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UNLABELLED: To screen and analyze the apoptosis- and proliferation-related genes in human nasopharyngeal carcinoma (NPC).
METHODS: According to gene ontology classification, the abnormal expressions of the genes related to cell apoptosis and proliferation were identified in the NPC gene chip data. The cell apoptosis- and proliferation-related genes expressed in each of the 3 stages, as defined by the tree model for the pathogenesis and progression of NPC, were screened, and with literature review, their distribution in the tree model were analyzed.
RESULTS: Nineteen genes related to cell apoptosis were found in NPC, among which 9 were down-regulated (such as DNASE1L3) and located in the chromosome deletion regions, and 10 were up-regulated (such as DEDD) in the chromosome amplification regions. Twenty-one cell proliferation-related genes were identified, including 8 down-regulated genes (such as TUSC2) in the chromosome deletion regions and 13 up-regulated ones (such as EMP1) in the chromosome amplification regions. In the chromosome deletion regions, the down-regulated cell apoptosis-related genes participated mostly in inducing and regulating cell apoptosis, and the up-regulated cell proliferation-related genes in the chromosome amplification regions were mostly associated with the positive regulation of cell proliferation.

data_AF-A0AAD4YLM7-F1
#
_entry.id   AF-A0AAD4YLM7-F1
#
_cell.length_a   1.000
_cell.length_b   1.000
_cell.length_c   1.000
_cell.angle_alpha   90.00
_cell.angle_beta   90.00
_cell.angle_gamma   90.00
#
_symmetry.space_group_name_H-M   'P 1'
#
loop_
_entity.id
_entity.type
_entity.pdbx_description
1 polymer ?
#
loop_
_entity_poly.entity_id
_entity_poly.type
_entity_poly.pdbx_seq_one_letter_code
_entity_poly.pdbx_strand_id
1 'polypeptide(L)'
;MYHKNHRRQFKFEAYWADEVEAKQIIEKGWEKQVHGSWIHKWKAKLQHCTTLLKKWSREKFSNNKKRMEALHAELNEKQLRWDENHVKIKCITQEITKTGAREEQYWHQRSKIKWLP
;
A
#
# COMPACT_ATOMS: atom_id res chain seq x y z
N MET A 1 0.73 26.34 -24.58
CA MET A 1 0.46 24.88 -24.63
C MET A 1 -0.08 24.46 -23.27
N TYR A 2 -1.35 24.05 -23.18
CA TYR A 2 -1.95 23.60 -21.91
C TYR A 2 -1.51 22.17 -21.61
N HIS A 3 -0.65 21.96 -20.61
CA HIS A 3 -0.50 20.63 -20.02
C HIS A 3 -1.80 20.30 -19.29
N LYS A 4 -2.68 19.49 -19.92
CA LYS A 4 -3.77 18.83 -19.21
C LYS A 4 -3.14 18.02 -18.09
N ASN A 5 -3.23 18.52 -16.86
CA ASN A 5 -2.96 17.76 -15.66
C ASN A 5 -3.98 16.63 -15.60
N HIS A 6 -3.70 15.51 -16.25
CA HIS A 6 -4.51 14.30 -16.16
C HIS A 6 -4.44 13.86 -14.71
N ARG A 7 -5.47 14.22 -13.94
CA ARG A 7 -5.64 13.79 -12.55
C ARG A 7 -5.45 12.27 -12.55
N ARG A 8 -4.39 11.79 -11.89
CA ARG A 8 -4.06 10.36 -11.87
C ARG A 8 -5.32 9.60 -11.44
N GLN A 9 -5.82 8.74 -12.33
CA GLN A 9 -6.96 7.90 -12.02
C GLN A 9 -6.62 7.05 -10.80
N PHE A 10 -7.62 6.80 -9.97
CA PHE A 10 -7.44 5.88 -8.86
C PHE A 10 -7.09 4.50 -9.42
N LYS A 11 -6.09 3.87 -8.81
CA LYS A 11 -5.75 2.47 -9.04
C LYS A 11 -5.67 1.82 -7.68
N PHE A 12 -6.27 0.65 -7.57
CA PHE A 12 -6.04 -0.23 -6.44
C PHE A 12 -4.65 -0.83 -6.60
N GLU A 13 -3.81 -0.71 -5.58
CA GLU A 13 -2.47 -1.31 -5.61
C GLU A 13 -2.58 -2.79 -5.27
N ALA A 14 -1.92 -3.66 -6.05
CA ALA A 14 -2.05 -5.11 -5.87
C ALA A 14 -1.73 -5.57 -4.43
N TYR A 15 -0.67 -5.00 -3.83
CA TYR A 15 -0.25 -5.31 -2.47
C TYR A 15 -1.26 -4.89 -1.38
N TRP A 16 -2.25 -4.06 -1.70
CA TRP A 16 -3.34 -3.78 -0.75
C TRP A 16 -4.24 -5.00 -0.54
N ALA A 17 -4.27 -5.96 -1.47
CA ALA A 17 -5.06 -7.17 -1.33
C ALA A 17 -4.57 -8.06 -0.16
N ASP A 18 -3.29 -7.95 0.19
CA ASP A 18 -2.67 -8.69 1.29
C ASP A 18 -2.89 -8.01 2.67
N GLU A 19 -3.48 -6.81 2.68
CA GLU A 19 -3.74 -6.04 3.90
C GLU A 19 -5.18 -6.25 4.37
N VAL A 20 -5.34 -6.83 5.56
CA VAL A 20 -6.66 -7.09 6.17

CONCLUSION: NPC occurs possibly through two pathways by inhibiting cell apoptosis or by promoting excessive cell proliferation.
Ewing tumors (ET) are highly malignant, localized in bone or soft tissue, and are molecularly defined by ews/ets translocations. DNA microarray analysis revealed a relationship of ET to both endothelium and fetal neural crest. We identified expression of histone methyltransferase enhancer of Zeste, Drosophila, Homolog 2 (EZH2) to be increased in ET. Suppressive activity of EZH2 maintains stemness in normal and malignant cells. Here, we found EWS/FLI1 bound to the EZH2 promoter in vivo, and induced EZH2 expression in ET and mesenchymal stem cells. Down-regulation of EZH2 by RNA interference in ET suppressed oncogenic transformation by inhibiting clonogenicity in vitro. Similarly, tumor development and metastasis was suppressed in immunodeficient Rag2(-/-)gamma(C)(-/-) mice. EZH2-mediated gene silencing was shown to be dependent on histone deacetylase (HDAC) activity. Subsequent microarray analysis of EZH2 knock down, HDAC-inhibitor treatment and confirmation in independent assays revealed an undifferentiated phenotype maintained by EZH2 in ET. EZH2 regulated stemness genes such as nerve growth factor receptor (NGFR), as well as genes involved in neuroectodermal and endothelial differentiation (EMP1, EPHB2, GFAP, and GAP43). These data suggest that EZH2 might have a central role in ET pathology by shaping the oncogenicity and stem cell phenotype of this tumor.